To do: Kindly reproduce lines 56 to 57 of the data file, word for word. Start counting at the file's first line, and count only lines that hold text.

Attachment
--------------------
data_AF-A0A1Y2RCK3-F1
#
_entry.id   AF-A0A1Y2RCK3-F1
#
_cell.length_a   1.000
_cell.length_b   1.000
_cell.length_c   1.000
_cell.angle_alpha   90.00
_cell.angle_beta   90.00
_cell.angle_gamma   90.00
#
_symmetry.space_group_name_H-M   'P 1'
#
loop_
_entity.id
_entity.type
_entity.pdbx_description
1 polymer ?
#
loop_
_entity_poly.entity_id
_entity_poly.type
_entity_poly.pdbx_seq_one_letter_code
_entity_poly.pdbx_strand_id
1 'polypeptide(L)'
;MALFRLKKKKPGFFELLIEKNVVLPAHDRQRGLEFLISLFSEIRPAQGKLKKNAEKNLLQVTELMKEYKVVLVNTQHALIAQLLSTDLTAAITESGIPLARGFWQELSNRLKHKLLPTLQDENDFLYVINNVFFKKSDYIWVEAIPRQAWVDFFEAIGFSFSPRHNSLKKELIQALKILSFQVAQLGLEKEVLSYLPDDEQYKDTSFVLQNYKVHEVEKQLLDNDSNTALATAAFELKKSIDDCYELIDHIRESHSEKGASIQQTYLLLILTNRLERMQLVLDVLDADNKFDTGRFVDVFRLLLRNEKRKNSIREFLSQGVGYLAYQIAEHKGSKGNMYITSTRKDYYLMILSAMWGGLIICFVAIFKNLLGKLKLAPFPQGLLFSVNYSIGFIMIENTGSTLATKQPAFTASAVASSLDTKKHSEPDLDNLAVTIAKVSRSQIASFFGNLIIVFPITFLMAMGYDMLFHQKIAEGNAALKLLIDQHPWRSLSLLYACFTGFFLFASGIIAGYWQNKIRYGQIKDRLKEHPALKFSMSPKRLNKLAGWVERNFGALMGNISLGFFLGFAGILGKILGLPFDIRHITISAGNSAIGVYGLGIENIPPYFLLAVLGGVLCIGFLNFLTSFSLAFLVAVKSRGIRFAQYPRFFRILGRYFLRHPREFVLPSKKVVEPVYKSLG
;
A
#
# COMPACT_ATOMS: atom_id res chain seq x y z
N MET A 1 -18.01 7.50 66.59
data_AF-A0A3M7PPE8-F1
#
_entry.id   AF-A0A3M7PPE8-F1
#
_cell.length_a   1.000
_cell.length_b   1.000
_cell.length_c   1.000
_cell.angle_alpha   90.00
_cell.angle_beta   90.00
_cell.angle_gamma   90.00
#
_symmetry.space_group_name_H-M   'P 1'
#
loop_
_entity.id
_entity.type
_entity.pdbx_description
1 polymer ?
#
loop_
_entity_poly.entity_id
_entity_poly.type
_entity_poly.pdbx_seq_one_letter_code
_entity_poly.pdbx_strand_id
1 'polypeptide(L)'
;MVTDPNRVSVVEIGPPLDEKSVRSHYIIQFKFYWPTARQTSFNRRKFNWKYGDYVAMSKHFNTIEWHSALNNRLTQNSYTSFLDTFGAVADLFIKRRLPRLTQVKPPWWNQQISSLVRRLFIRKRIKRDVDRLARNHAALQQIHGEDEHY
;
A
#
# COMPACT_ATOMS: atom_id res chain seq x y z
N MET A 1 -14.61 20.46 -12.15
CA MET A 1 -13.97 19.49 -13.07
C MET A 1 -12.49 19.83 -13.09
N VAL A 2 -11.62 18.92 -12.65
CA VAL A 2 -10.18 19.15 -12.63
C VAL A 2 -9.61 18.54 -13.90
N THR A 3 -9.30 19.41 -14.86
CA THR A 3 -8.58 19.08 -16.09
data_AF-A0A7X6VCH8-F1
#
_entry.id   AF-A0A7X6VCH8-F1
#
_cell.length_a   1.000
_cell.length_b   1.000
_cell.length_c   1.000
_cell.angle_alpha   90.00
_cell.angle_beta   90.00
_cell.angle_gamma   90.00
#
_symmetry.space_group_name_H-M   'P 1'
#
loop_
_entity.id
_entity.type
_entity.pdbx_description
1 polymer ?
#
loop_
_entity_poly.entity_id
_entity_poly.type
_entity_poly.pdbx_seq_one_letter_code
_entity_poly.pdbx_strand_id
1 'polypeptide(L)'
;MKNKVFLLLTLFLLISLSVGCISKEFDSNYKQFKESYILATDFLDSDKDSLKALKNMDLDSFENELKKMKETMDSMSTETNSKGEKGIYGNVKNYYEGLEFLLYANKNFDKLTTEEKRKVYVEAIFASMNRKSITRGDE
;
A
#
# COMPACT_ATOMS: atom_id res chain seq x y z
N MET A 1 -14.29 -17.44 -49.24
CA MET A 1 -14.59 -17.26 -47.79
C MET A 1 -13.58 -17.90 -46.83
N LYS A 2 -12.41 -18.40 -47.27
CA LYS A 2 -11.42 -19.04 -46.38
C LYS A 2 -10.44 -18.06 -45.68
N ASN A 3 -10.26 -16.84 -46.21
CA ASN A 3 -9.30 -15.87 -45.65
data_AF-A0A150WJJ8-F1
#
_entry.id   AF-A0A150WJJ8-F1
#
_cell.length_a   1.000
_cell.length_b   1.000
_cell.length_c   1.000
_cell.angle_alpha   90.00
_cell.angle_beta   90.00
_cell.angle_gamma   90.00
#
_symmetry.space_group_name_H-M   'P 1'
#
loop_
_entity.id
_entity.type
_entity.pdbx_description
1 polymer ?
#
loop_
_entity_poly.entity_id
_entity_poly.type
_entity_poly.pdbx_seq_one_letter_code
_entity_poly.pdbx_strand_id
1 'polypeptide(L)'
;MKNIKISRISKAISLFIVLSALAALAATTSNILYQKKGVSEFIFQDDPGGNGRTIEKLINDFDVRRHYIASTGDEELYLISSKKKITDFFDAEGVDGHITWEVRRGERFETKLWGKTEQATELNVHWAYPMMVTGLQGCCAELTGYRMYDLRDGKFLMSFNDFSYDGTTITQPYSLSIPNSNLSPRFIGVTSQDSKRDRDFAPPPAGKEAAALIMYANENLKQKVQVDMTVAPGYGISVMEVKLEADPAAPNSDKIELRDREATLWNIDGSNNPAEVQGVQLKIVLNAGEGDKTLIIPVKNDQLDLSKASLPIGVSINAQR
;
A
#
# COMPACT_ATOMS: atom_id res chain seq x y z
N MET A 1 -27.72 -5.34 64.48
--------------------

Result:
1 'polypeptide(L)'
;MVTDPNRVSVVEIGPPLDEKSVRSHYIIQFKFYWPTARQTSFNRRKFNWKYGDYVAMSKHFNTIEWHSALNNRLTQNSYTSFLDTFGAVADLFIKRRLPRLTQVKPPWWNQQISSLVRRLFIRKRIKRDVDRLARNHAALQQIHGEDEHY